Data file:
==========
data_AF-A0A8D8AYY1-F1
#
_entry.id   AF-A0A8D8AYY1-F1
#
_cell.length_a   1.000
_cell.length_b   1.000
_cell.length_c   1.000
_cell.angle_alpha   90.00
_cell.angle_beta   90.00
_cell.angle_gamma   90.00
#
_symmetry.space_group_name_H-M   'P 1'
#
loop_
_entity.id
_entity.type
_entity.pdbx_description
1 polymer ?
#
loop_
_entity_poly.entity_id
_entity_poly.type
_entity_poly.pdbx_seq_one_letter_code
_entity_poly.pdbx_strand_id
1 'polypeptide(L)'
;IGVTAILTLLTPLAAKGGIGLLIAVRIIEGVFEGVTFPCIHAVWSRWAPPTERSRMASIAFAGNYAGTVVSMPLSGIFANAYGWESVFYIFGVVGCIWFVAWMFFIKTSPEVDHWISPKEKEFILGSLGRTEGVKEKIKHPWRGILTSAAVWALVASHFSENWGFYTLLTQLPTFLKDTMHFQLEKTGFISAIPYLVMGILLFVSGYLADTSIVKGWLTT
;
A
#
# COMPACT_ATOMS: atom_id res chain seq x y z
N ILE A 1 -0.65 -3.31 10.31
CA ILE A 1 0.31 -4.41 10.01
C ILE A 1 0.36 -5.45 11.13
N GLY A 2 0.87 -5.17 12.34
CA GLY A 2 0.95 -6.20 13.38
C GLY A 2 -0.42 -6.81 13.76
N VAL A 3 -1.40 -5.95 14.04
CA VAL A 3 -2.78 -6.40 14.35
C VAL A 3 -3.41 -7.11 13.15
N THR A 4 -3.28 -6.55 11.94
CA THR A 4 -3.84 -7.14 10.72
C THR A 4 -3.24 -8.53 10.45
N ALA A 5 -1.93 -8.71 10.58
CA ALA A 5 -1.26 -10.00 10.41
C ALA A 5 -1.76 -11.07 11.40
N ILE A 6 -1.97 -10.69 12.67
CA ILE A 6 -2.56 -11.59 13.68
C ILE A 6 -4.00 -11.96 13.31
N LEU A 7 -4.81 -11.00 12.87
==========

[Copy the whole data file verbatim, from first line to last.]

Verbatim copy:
data_AF-A0A8D8AYY1-F1
#
_entry.id   AF-A0A8D8AYY1-F1
#
_cell.length_a   1.000
_cell.length_b   1.000
_cell.length_c   1.000
_cell.angle_alpha   90.00
_cell.angle_beta   90.00
_cell.angle_gamma   90.00
#
_symmetry.space_group_name_H-M   'P 1'
#
loop_
_entity.id
_entity.type
_entity.pdbx_description
1 polymer ?
#
loop_
_entity_poly.entity_id
_entity_poly.type
_entity_poly.pdbx_seq_one_letter_code
_entity_poly.pdbx_strand_id
1 'polypeptide(L)'
;IGVTAILTLLTPLAAKGGIGLLIAVRIIEGVFEGVTFPCIHAVWSRWAPPTERSRMASIAFAGNYAGTVVSMPLSGIFANAYGWESVFYIFGVVGCIWFVAWMFFIKTSPEVDHWISPKEKEFILGSLGRTEGVKEKIKHPWRGILTSAAVWALVASHFSENWGFYTLLTQLPTFLKDTMHFQLEKTGFISAIPYLVMGILLFVSGYLADTSIVKGWLTT
;
A
#
# COMPACT_ATOMS: atom_id res chain seq x y z
N ILE A 1 -0.65 -3.31 10.31
CA ILE A 1 0.31 -4.41 10.01
C ILE A 1 0.36 -5.45 11.13
N GLY A 2 0.87 -5.17 12.34
CA GLY A 2 0.95 -6.20 13.38
C GLY A 2 -0.42 -6.81 13.76
N VAL A 3 -1.40 -5.95 14.04
CA VAL A 3 -2.78 -6.40 14.35
C VAL A 3 -3.41 -7.11 13.15
N THR A 4 -3.28 -6.55 11.94
CA THR A 4 -3.84 -7.14 10.72
C THR A 4 -3.24 -8.53 10.45
N ALA A 5 -1.93 -8.71 10.58
CA ALA A 5 -1.26 -10.00 10.41
C ALA A 5 -1.76 -11.07 11.40
N ILE A 6 -1.97 -10.69 12.67
CA ILE A 6 -2.56 -11.59 13.68
C ILE A 6 -4.00 -11.96 13.31
N LEU A 7 -4.81 -11.00 12.87